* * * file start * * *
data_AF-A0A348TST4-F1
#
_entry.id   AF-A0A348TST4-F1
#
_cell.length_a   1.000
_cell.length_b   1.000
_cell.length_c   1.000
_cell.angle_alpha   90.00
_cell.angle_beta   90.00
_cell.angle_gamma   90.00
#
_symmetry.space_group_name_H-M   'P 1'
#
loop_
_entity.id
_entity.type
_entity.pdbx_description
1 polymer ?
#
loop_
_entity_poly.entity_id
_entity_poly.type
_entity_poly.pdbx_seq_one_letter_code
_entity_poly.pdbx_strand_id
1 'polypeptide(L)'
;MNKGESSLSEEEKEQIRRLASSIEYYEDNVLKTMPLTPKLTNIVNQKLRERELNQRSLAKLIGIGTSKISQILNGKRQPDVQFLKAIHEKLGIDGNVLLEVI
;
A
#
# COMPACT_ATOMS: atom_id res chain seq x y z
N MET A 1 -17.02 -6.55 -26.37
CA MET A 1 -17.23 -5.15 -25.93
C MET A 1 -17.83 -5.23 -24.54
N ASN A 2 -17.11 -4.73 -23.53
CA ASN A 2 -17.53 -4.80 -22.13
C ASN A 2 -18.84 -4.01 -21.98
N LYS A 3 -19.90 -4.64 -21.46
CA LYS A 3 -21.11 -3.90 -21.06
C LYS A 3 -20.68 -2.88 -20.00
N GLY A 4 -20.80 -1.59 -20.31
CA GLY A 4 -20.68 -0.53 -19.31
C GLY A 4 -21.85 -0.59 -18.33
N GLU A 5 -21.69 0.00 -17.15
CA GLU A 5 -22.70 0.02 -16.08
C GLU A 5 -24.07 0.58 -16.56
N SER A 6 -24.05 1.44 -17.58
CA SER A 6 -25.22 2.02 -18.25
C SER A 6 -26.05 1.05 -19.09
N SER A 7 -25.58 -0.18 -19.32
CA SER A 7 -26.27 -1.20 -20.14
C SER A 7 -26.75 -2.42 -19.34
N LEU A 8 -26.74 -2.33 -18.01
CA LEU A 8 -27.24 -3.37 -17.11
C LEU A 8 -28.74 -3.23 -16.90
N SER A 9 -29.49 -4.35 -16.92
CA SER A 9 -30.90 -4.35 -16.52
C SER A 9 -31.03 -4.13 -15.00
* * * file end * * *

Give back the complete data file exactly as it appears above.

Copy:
data_AF-A0A348TST4-F1
#
_entry.id   AF-A0A348TST4-F1
#
_cell.length_a   1.000
_cell.length_b   1.000
_cell.length_c   1.000
_cell.angle_alpha   90.00
_cell.angle_beta   90.00
_cell.angle_gamma   90.00
#
_symmetry.space_group_name_H-M   'P 1'
#
loop_
_entity.id
_entity.type
_entity.pdbx_description
1 polymer ?
#
loop_
_entity_poly.entity_id
_entity_poly.type
_entity_poly.pdbx_seq_one_letter_code
_entity_poly.pdbx_strand_id
1 'polypeptide(L)'
;MNKGESSLSEEEKEQIRRLASSIEYYEDNVLKTMPLTPKLTNIVNQKLRERELNQRSLAKLIGIGTSKISQILNGKRQPDVQFLKAIHEKLGIDGNVLLEVI
;
A
#
# COMPACT_ATOMS: atom_id res chain seq x y z
N MET A 1 -17.02 -6.55 -26.37
CA MET A 1 -17.23 -5.15 -25.93
C MET A 1 -17.83 -5.23 -24.54
N ASN A 2 -17.11 -4.73 -23.53
CA ASN A 2 -17.53 -4.80 -22.13
C ASN A 2 -18.84 -4.01 -21.98
N LYS A 3 -19.90 -4.64 -21.46
CA LYS A 3 -21.11 -3.90 -21.06
C LYS A 3 -20.68 -2.88 -20.00
N GLY A 4 -20.80 -1.59 -20.31
CA GLY A 4 -20.68 -0.53 -19.31
C GLY A 4 -21.85 -0.59 -18.33
N GLU A 5 -21.69 0.00 -17.15
CA GLU A 5 -22.70 0.02 -16.08
C GLU A 5 -24.07 0.58 -16.56
N SER A 6 -24.05 1.44 -17.58
CA SER A 6 -25.22 2.02 -18.25
C SER A 6 -26.05 1.05 -19.09
N SER A 7 -25.58 -0.18 -19.32
CA SER A 7 -26.27 -1.20 -20.14
C SER A 7 -26.75 -2.42 -19.34
N LEU A 8 -26.74 -2.33 -18.01
CA LEU A 8 -27.24 -3.37 -17.11
C LEU A 8 -28.74 -3.23 -16.90
N SER A 9 -29.49 -4.35 -16.92
CA SER A 9 -30.90 -4.35 -16.52
C SER A 9 -31.03 -4.13 -15.00